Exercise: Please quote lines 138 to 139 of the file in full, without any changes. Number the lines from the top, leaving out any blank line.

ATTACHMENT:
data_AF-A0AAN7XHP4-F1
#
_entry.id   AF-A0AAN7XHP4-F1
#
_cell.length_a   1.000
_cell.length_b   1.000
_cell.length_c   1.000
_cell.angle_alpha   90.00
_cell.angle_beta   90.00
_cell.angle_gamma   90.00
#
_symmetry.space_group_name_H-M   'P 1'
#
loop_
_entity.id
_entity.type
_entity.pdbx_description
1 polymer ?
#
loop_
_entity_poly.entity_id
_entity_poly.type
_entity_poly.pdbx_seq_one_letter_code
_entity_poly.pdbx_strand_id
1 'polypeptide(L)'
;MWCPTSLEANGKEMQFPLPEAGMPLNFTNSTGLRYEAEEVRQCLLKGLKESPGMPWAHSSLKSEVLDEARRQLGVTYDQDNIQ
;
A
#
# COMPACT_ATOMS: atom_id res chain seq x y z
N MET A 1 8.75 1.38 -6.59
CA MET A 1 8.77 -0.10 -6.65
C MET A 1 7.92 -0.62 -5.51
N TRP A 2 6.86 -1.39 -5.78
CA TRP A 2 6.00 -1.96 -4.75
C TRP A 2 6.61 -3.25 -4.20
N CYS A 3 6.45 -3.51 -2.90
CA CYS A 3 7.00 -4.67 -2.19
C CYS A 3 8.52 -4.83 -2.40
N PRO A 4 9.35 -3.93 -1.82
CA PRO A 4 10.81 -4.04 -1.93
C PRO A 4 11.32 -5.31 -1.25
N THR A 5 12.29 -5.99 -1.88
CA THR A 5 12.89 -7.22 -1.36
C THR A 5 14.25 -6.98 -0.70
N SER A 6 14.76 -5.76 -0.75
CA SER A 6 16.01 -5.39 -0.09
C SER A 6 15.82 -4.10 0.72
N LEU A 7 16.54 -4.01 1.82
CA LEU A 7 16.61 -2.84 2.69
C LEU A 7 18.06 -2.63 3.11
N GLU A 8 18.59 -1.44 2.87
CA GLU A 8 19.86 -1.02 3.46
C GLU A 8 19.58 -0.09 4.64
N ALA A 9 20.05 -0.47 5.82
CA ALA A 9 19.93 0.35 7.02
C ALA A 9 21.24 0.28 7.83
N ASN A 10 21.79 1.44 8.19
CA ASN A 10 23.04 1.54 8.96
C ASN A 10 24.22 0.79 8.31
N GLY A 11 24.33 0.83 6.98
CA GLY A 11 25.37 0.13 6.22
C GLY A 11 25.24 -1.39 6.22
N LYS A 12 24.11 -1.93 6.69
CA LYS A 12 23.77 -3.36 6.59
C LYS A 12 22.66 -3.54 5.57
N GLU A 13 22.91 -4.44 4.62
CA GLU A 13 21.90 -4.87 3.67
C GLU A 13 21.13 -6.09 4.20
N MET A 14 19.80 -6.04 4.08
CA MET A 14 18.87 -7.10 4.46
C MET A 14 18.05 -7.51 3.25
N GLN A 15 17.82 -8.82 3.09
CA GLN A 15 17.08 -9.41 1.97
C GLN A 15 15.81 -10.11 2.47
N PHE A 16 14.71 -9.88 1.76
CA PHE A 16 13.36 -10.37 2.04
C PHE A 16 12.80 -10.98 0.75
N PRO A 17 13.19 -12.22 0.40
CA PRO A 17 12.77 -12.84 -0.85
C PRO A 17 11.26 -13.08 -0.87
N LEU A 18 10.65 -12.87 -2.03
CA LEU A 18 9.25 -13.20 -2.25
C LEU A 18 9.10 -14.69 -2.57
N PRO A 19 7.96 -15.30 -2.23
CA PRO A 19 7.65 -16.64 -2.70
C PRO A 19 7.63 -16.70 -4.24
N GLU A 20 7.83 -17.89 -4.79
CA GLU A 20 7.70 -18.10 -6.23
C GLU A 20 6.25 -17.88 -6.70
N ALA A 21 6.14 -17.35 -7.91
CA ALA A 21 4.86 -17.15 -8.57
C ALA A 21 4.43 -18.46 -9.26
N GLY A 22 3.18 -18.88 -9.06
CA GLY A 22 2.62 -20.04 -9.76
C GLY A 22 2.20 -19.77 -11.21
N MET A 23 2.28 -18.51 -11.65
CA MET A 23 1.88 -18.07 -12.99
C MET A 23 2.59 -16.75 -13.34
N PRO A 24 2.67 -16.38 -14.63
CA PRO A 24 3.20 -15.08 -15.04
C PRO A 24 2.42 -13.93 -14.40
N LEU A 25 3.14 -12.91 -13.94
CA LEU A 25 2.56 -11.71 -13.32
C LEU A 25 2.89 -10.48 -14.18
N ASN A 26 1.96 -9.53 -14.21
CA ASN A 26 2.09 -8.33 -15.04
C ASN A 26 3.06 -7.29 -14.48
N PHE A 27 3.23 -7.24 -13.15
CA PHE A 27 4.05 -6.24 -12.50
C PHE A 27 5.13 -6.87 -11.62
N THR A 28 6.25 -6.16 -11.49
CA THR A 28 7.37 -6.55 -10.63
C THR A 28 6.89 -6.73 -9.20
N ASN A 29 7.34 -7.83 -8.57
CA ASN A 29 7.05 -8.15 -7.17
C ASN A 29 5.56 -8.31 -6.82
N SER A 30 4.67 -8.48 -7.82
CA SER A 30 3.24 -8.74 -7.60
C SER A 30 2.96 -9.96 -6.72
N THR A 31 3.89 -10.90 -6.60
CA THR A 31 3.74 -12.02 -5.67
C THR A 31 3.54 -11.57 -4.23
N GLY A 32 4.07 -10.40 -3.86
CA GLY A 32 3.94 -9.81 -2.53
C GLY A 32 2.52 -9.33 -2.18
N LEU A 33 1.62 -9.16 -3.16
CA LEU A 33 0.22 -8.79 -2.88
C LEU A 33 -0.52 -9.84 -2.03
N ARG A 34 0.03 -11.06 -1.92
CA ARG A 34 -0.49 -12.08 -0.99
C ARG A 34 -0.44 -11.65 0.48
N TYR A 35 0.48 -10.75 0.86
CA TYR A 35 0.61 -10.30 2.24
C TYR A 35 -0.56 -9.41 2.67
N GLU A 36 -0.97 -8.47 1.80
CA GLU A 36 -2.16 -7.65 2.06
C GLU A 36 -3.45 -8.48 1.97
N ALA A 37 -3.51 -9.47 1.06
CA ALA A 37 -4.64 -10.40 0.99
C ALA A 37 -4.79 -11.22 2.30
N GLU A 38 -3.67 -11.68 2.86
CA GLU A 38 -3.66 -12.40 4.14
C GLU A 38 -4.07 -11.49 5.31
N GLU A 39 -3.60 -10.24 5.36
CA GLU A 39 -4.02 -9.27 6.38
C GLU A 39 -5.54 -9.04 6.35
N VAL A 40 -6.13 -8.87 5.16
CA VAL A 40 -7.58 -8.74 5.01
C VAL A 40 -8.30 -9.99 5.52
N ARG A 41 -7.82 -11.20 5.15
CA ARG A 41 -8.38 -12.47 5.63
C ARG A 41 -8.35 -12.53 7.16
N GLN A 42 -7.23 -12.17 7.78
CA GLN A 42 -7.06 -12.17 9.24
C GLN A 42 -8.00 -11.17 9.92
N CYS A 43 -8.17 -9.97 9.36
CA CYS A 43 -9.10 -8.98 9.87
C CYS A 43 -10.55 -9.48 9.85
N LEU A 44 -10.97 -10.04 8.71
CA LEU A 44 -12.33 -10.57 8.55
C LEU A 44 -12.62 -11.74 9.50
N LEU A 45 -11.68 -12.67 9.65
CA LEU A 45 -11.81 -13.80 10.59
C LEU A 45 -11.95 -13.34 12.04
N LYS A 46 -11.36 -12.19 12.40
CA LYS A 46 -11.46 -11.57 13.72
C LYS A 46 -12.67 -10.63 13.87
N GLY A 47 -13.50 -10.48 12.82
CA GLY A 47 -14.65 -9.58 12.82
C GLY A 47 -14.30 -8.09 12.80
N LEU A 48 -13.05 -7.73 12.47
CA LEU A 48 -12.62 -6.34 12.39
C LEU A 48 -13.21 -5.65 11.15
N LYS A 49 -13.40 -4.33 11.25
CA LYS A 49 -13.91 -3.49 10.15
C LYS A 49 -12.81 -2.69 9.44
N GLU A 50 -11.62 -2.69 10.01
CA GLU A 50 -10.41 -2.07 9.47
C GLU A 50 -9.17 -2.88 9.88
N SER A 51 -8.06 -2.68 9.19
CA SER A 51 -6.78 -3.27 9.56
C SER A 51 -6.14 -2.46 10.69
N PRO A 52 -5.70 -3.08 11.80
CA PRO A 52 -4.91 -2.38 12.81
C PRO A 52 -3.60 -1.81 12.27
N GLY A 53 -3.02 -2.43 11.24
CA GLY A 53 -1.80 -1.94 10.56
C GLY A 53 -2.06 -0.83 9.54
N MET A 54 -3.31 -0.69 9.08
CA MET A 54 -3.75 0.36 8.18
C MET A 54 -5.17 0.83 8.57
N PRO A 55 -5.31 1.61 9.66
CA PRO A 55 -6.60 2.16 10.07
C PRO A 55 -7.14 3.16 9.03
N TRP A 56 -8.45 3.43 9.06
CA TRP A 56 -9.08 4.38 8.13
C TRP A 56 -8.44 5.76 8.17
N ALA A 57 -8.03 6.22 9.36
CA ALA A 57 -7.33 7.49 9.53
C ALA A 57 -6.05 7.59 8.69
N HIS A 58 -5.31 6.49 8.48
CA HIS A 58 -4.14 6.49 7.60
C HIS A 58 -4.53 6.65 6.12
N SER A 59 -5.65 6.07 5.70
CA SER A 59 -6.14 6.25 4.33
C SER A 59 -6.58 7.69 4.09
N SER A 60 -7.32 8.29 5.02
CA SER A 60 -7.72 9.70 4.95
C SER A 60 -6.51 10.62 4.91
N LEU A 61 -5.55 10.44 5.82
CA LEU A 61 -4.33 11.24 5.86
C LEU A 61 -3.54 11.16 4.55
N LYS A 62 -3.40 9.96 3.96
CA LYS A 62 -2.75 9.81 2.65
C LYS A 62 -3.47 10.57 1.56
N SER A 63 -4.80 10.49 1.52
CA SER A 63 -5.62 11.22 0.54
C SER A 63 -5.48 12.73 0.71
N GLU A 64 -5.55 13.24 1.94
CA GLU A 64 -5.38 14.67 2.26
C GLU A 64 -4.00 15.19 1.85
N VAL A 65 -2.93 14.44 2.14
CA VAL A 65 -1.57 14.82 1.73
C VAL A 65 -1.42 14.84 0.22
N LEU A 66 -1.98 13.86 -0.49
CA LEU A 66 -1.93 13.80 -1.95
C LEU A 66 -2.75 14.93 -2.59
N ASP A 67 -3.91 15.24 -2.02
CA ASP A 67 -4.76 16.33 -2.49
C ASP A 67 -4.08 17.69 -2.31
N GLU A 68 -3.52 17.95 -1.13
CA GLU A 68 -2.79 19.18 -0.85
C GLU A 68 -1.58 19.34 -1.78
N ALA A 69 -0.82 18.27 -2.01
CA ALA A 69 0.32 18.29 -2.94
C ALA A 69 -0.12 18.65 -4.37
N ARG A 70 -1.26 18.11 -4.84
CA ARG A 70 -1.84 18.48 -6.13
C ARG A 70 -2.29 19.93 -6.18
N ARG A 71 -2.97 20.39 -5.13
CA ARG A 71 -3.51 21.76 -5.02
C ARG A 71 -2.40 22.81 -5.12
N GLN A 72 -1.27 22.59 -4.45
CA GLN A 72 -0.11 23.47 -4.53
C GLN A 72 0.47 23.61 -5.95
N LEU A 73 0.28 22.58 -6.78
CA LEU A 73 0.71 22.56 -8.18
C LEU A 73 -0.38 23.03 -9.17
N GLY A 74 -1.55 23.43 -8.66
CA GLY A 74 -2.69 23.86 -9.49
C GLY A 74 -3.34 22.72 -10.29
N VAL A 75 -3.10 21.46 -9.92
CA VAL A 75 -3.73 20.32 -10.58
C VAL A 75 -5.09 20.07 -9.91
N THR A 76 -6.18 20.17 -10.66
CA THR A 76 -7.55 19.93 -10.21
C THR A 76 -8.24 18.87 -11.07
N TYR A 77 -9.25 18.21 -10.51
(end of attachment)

C GLU A 36 -3.45 -8.48 1.97
N ALA A 37 -3.51 -9.47 1.06